9/11

One of the lesser-known acts of compassion following 9/11 came from Gander, Canada — a small town of roughly 7,000 people who voluntarily cared for thousands of stranded Americans.

Following the devastating attacks that killed thousands of Americans in New York City, Washington, DC, and Pennsylvania, hundreds of passenger jets traveling to and near the affected areas had to be re-routed. As NBC News reported, the re-routing of those flights to towns like Gander — in Canada’s Newfoundland province — became known as Operation Yellow Ribbon.

Gander, as well as more than a dozen other airports throughout Canada, took part in Operation Yellow Ribbon to divert a total of 255 aircraft in the wake of 9/11, when the Federal Aviation Administration temporarily halted air traffic. However, the Area Control Center, which was housed at the Gander International Airport, led the way in re-routing American passenger jets to all of the 17 airports in Eastern Canada that took part in Operation Yellow Ribbon. Gander itself had roughly three dozen American jets on its runway.

But with air traffic suspended, and passengers on the jets being stranded far from home, the people of Gander took it upon themselves to provide food, clothing, showers, and shelter to thousands of U.S. passengers. Many of Gander’s residents opened their homes to the stranded Americans. And some of the passengers themselves were so moved by Gander’s compassion that they reciprocated with their own acts of kindness:

Among them were the parents of a New York City firefighter who was an emergency responder at the World Trade Center; a retired Ohio State administrator who was so inspired by Canadian hospitality she helped to organize a scholarship fund for local students … and a Texas woman and British man who found true love during that fateful week in September 2001.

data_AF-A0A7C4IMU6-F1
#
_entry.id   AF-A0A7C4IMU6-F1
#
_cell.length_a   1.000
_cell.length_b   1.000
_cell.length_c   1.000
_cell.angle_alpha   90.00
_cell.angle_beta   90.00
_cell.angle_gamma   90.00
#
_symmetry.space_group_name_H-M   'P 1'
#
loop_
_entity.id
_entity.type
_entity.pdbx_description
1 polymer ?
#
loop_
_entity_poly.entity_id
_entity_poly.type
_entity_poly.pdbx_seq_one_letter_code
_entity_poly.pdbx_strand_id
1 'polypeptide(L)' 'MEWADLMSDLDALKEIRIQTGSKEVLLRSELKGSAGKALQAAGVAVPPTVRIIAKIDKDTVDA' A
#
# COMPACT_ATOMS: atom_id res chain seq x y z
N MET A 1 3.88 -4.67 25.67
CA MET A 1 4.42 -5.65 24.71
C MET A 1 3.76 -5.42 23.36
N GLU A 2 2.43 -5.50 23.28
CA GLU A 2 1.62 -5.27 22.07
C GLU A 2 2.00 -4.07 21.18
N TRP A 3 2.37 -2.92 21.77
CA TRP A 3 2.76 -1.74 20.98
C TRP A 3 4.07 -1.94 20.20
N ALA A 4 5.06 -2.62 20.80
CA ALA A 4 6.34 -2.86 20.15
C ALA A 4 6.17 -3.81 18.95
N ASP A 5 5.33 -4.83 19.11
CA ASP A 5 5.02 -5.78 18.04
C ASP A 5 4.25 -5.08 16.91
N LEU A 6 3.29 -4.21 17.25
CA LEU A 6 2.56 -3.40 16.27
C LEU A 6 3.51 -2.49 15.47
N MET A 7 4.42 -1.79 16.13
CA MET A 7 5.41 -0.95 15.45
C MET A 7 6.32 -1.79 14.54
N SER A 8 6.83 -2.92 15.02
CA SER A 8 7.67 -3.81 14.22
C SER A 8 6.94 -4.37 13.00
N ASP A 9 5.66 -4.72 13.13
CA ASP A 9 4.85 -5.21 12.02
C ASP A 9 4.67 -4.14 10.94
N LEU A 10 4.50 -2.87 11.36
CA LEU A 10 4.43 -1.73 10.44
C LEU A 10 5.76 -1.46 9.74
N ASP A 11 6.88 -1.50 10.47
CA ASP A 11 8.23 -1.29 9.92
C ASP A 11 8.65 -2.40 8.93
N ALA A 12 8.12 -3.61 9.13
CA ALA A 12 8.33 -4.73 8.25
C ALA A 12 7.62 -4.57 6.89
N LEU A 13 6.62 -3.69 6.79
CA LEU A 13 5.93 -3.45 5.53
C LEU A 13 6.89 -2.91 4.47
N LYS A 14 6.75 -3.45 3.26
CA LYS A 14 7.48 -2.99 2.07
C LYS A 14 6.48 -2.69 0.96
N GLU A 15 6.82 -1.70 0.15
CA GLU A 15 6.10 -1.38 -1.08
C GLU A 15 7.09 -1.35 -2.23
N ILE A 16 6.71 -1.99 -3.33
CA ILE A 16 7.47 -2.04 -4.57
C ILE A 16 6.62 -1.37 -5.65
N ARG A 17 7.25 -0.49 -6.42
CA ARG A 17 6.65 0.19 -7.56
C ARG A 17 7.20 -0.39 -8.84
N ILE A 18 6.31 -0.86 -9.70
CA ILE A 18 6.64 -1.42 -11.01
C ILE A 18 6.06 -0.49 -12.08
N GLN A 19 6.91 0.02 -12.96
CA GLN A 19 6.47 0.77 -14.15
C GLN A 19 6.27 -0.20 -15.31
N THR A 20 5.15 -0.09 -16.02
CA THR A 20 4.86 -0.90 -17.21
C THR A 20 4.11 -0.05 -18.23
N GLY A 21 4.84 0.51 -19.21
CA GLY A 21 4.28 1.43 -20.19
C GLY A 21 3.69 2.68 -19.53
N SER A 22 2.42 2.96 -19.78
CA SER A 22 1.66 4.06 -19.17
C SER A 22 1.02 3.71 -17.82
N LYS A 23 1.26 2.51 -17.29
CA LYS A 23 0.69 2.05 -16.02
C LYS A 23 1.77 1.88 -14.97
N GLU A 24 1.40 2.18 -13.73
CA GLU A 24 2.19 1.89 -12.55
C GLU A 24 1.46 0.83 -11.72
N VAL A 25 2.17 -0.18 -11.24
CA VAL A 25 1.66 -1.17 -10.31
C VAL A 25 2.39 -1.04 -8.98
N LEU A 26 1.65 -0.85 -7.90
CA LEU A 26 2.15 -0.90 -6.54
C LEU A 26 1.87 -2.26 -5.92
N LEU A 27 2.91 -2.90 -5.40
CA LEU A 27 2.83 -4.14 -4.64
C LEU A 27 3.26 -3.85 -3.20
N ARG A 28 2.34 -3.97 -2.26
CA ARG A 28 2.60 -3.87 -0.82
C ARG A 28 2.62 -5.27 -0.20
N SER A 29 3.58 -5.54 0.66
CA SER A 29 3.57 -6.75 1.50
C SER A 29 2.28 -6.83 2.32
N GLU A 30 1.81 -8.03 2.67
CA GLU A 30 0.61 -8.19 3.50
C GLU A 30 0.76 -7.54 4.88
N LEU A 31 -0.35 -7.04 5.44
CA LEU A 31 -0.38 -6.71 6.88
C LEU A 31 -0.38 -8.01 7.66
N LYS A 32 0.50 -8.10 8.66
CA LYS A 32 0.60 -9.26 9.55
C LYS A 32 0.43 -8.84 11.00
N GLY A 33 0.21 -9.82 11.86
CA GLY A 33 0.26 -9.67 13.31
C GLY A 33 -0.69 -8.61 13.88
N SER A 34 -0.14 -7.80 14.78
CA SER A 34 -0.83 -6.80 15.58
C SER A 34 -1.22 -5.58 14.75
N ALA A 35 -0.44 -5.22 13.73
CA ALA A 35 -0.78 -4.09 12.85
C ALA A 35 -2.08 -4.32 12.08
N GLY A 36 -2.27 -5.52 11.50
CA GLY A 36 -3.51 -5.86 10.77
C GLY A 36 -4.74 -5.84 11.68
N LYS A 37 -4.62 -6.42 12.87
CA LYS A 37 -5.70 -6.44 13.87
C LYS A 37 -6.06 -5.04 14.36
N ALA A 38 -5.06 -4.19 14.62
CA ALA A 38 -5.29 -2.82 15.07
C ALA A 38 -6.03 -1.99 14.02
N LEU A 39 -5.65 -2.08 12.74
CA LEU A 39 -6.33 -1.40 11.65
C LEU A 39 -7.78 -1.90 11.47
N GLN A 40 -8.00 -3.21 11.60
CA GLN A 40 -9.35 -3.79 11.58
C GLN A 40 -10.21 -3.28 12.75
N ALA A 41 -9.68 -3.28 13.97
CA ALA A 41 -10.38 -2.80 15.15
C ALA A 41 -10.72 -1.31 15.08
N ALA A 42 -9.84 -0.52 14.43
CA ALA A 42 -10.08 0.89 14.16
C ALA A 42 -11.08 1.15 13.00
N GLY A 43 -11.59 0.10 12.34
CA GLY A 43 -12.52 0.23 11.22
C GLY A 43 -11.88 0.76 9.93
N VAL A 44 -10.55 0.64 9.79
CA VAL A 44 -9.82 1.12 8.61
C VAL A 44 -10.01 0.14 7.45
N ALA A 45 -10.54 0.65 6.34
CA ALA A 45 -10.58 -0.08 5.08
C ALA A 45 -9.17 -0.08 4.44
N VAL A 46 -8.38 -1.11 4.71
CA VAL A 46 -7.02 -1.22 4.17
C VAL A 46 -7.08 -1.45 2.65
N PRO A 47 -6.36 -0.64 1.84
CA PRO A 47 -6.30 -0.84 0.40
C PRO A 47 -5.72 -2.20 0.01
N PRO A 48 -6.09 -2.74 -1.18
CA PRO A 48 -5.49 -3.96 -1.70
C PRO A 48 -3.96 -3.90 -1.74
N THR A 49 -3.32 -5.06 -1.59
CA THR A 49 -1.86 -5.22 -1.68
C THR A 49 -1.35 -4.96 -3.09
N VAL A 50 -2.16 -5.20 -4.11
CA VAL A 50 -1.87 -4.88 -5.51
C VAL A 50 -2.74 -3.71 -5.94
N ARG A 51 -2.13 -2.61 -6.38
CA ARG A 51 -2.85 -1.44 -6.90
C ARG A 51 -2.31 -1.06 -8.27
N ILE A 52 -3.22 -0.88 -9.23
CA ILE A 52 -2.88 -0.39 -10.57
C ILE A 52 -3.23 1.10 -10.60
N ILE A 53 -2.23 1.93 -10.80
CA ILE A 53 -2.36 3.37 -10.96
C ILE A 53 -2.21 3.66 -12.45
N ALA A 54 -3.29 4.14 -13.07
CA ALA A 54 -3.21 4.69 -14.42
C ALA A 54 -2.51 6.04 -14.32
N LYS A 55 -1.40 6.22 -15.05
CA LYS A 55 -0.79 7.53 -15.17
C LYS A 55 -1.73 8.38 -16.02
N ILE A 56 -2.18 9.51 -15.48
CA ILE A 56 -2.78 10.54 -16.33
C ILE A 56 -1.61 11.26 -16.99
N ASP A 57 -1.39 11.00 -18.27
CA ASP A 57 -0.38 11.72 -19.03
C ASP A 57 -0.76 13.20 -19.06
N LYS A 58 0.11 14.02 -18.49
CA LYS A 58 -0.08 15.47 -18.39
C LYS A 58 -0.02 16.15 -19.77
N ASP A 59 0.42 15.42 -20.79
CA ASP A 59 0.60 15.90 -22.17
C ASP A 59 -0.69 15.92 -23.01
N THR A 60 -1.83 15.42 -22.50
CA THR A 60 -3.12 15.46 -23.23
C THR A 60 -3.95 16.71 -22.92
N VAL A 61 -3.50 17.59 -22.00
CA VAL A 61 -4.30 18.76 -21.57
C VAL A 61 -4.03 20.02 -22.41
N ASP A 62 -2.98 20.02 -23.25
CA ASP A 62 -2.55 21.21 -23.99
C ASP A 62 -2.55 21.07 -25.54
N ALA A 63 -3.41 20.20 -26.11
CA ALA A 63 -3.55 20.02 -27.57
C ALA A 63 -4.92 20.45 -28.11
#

On the ten-year anniversary of 9/11, then-U.S. President Barack Obama wrote a letter to then-Canadian Prime Minister Stephen Harper thanking his country for their actions in the wake of the attacks.

“The small city of Gander, Newfoundland, population 9,600, received 6,600 diverted passengers… those displaced passengers were treated like family in Canadian homes, receiving food, shelter, medical attention, and comfort,” Obama wrote. “The United States is fortunate to share a border with a country that understands that, in your words, ‘There is no such thing as a threat to the national security of the United States which does not represent a direct threat to this country’. ”

Tuesday morning, current Canadian Prime Minister Justin Trudeau tweeted a statement honoring the victims of 9/11. President Trump thanked former New York City mayor Rudy Giuliani (who is now representing Trump in the ongoing investigation by special counsel Robert Mueller).

 

Nick Jewell is a freelance political writer, and a proud resident of Bed-Stuy, Brooklyn. Email him at nickjewell@yahoo.com. 

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